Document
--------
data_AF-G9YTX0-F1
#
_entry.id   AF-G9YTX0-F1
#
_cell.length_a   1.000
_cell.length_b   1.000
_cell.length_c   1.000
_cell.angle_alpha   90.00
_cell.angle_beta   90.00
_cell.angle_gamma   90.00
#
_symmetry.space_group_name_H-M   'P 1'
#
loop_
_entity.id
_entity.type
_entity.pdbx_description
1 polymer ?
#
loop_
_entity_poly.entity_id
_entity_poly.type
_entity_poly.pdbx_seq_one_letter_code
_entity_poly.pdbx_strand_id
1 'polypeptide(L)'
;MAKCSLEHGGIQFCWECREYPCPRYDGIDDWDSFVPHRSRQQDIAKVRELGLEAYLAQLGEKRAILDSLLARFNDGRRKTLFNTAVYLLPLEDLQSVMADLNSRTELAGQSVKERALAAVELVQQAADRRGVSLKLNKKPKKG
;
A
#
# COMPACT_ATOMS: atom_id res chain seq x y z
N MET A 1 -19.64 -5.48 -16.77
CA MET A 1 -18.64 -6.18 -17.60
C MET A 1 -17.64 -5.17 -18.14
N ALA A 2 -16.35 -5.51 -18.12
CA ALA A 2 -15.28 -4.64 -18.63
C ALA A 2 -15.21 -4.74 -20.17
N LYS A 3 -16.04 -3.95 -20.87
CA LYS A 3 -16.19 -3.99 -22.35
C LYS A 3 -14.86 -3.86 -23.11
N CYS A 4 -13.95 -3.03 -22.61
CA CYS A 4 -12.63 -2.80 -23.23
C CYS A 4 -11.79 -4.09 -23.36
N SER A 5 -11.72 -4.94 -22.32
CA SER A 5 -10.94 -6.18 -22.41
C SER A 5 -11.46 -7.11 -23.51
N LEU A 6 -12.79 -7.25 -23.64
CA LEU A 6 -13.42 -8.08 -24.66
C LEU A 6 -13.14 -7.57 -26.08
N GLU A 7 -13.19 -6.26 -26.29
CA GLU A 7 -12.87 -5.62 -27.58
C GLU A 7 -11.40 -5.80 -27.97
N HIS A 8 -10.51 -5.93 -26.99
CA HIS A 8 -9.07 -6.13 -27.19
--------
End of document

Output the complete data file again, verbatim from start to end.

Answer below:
data_AF-G9YTX0-F1
#
_entry.id   AF-G9YTX0-F1
#
_cell.length_a   1.000
_cell.length_b   1.000
_cell.length_c   1.000
_cell.angle_alpha   90.00
_cell.angle_beta   90.00
_cell.angle_gamma   90.00
#
_symmetry.space_group_name_H-M   'P 1'
#
loop_
_entity.id
_entity.type
_entity.pdbx_description
1 polymer ?
#
loop_
_entity_poly.entity_id
_entity_poly.type
_entity_poly.pdbx_seq_one_letter_code
_entity_poly.pdbx_strand_id
1 'polypeptide(L)'
;MAKCSLEHGGIQFCWECREYPCPRYDGIDDWDSFVPHRSRQQDIAKVRELGLEAYLAQLGEKRAILDSLLARFNDGRRKTLFNTAVYLLPLEDLQSVMADLNSRTELAGQSVKERALAAVELVQQAADRRGVSLKLNKKPKKG
;
A
#
# COMPACT_ATOMS: atom_id res chain seq x y z
N MET A 1 -19.64 -5.48 -16.77
CA MET A 1 -18.64 -6.18 -17.60
C MET A 1 -17.64 -5.17 -18.14
N ALA A 2 -16.35 -5.51 -18.12
CA ALA A 2 -15.28 -4.64 -18.63
C ALA A 2 -15.21 -4.74 -20.17
N LYS A 3 -16.04 -3.95 -20.87
CA LYS A 3 -16.19 -3.99 -22.35
C LYS A 3 -14.86 -3.86 -23.11
N CYS A 4 -13.95 -3.03 -22.61
CA CYS A 4 -12.63 -2.80 -23.23
C CYS A 4 -11.79 -4.09 -23.36
N SER A 5 -11.72 -4.94 -22.32
CA SER A 5 -10.94 -6.18 -22.41
C SER A 5 -11.46 -7.11 -23.51
N LEU A 6 -12.79 -7.25 -23.64
CA LEU A 6 -13.42 -8.08 -24.66
C LEU A 6 -13.14 -7.57 -26.08
N GLU A 7 -13.19 -6.26 -26.29
CA GLU A 7 -12.87 -5.62 -27.58
C GLU A 7 -11.40 -5.80 -27.97
N HIS A 8 -10.51 -5.93 -26.99
CA HIS A 8 -9.07 -6.13 -27.19